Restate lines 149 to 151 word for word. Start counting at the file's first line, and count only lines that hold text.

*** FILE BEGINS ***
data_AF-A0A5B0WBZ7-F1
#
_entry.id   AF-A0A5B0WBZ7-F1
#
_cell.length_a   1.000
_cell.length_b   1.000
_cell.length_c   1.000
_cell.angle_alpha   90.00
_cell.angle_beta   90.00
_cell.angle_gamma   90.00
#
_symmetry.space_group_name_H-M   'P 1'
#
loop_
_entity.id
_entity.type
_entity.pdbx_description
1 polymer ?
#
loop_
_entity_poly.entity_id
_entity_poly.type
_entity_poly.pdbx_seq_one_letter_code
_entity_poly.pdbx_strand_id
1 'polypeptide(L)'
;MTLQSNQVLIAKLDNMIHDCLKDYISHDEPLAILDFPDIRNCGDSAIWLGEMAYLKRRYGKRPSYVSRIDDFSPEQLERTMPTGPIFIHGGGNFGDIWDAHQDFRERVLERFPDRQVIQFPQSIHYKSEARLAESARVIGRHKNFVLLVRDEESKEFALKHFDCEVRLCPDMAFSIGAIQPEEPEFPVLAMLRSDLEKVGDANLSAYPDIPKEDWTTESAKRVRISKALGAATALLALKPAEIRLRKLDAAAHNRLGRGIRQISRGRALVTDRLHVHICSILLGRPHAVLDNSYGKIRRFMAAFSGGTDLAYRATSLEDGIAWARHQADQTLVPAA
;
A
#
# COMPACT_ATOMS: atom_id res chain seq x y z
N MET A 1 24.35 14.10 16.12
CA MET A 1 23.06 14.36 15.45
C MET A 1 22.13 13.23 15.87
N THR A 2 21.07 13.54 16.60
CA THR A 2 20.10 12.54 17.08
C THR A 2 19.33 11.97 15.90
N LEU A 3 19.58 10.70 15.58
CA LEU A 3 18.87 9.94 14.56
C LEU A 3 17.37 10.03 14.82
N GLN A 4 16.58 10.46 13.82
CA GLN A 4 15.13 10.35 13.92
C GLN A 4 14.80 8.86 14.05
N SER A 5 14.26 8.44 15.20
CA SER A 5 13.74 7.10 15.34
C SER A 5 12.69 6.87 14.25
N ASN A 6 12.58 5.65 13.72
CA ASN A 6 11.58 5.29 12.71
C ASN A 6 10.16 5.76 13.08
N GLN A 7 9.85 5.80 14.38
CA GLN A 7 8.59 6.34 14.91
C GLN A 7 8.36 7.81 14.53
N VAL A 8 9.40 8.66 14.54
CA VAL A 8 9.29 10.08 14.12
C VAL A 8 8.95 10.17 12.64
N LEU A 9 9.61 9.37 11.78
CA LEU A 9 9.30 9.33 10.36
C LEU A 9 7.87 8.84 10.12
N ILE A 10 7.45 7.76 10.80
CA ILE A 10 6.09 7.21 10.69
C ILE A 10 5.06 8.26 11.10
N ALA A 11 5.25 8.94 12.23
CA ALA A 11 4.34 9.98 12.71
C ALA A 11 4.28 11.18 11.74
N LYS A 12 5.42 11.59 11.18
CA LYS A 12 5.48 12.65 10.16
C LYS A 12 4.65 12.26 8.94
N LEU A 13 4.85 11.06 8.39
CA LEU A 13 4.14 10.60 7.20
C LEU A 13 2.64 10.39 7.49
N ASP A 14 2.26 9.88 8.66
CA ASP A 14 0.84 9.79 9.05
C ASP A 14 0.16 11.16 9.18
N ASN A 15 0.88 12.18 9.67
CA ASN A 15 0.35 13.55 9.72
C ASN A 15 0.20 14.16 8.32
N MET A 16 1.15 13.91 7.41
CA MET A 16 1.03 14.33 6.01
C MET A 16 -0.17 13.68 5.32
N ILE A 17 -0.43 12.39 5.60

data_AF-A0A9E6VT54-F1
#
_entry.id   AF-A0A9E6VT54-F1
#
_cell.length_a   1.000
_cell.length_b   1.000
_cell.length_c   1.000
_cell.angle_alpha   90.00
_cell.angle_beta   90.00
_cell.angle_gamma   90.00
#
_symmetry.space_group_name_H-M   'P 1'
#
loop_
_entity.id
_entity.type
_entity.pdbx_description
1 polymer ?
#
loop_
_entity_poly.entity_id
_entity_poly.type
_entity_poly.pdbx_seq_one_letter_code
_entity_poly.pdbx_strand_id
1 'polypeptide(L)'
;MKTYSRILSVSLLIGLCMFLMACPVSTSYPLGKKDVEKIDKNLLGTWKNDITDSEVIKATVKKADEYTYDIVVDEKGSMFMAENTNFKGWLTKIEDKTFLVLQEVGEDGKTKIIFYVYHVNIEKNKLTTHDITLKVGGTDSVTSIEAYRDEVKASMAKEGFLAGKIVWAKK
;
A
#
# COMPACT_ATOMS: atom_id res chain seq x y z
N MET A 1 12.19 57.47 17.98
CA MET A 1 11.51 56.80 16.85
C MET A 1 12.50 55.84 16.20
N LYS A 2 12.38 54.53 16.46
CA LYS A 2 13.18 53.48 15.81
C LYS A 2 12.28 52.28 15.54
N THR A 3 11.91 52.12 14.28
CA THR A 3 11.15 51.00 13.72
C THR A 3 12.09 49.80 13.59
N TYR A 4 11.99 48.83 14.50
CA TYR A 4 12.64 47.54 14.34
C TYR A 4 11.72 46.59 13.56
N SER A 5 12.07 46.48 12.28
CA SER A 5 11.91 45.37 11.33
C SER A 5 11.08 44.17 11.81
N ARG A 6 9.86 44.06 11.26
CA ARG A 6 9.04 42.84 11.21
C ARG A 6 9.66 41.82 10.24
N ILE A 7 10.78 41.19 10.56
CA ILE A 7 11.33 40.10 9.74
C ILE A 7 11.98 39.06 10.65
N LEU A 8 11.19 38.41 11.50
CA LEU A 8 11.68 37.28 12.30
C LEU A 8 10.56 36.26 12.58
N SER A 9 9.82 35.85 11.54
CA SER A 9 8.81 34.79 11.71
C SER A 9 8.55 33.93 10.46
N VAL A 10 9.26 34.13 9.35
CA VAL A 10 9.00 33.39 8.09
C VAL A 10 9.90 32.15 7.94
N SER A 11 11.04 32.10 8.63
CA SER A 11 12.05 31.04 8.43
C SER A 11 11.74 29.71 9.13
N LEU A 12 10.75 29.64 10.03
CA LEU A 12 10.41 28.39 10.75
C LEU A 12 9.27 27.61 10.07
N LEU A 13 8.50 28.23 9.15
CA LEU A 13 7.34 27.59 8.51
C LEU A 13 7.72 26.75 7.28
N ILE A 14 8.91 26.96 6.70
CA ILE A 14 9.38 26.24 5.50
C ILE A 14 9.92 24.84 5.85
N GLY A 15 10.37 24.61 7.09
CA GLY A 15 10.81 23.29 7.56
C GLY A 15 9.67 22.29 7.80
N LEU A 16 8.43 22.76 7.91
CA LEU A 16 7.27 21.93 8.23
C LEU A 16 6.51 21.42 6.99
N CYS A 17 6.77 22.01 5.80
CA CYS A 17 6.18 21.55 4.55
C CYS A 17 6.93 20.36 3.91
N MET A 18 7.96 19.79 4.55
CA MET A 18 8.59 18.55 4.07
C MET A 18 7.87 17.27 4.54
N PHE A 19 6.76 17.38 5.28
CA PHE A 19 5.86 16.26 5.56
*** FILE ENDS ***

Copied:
N ILE A 14 8.91 26.96 6.70
CA ILE A 14 9.38 26.24 5.50
C ILE A 14 9.92 24.84 5.85